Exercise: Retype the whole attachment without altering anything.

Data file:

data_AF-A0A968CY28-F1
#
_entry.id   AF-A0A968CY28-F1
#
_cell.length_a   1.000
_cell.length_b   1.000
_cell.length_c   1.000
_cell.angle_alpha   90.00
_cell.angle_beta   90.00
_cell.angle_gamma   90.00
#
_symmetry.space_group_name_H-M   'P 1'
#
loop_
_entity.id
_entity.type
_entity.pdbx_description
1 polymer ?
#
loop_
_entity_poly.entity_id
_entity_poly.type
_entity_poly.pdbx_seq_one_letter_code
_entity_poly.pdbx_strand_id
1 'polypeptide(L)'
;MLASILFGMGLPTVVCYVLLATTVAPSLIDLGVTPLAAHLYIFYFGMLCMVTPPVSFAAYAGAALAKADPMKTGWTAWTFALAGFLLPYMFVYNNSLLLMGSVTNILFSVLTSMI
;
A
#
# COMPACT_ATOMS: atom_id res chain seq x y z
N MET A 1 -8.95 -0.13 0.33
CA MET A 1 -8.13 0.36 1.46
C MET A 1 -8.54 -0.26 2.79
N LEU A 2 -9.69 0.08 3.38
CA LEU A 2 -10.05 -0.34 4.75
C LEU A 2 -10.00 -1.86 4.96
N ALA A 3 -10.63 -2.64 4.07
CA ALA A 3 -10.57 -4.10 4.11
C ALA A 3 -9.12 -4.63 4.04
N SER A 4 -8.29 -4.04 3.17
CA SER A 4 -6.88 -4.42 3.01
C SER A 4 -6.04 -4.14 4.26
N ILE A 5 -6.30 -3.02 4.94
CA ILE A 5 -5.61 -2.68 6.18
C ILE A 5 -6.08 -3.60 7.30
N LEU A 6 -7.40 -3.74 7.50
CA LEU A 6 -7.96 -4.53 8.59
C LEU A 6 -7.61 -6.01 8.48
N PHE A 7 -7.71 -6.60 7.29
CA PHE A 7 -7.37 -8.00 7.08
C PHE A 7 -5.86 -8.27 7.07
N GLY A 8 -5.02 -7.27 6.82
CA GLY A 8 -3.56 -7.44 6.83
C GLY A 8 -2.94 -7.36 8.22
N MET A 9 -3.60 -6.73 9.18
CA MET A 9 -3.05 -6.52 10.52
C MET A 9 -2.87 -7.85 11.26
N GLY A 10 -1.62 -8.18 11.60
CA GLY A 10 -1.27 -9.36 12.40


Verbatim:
data_AF-A0A968CY28-F1
#
_entry.id   AF-A0A968CY28-F1
#
_cell.length_a   1.000
_cell.length_b   1.000
_cell.length_c   1.000
_cell.angle_alpha   90.00
_cell.angle_beta   90.00
_cell.angle_gamma   90.00
#
_symmetry.space_group_name_H-M   'P 1'
#
loop_
_entity.id
_entity.type
_entity.pdbx_description
1 polymer ?
#
loop_
_entity_poly.entity_id
_entity_poly.type
_entity_poly.pdbx_seq_one_letter_code
_entity_poly.pdbx_strand_id
1 'polypeptide(L)'
;MLASILFGMGLPTVVCYVLLATTVAPSLIDLGVTPLAAHLYIFYFGMLCMVTPPVSFAAYAGAALAKADPMKTGWTAWTFALAGFLLPYMFVYNNSLLLMGSVTNILFSVLTSMI
;
A
#
# COMPACT_ATOMS: atom_id res chain seq x y z
N MET A 1 -8.95 -0.13 0.33
CA MET A 1 -8.13 0.36 1.46
C MET A 1 -8.54 -0.26 2.79
N LEU A 2 -9.69 0.08 3.38
CA LEU A 2 -10.05 -0.34 4.75
C LEU A 2 -10.00 -1.86 4.96
N ALA A 3 -10.63 -2.64 4.07
CA ALA A 3 -10.57 -4.10 4.11
C ALA A 3 -9.12 -4.63 4.04
N SER A 4 -8.29 -4.04 3.17
CA SER A 4 -6.88 -4.42 3.01
C SER A 4 -6.04 -4.14 4.26
N ILE A 5 -6.30 -3.02 4.94
CA ILE A 5 -5.61 -2.68 6.18
C ILE A 5 -6.08 -3.60 7.30
N LEU A 6 -7.40 -3.74 7.50
CA LEU A 6 -7.96 -4.53 8.59
C LEU A 6 -7.61 -6.01 8.48
N PHE A 7 -7.71 -6.60 7.29
CA PHE A 7 -7.37 -8.00 7.08
C PHE A 7 -5.86 -8.27 7.07
N GLY A 8 -5.02 -7.27 6.82
CA GLY A 8 -3.56 -7.44 6.83
C GLY A 8 -2.94 -7.36 8.22
N MET A 9 -3.60 -6.73 9.18
CA MET A 9 -3.05 -6.52 10.52
C MET A 9 -2.87 -7.85 11.26
N GLY A 10 -1.62 -8.18 11.60
CA GLY A 10 -1.27 -9.36 12.40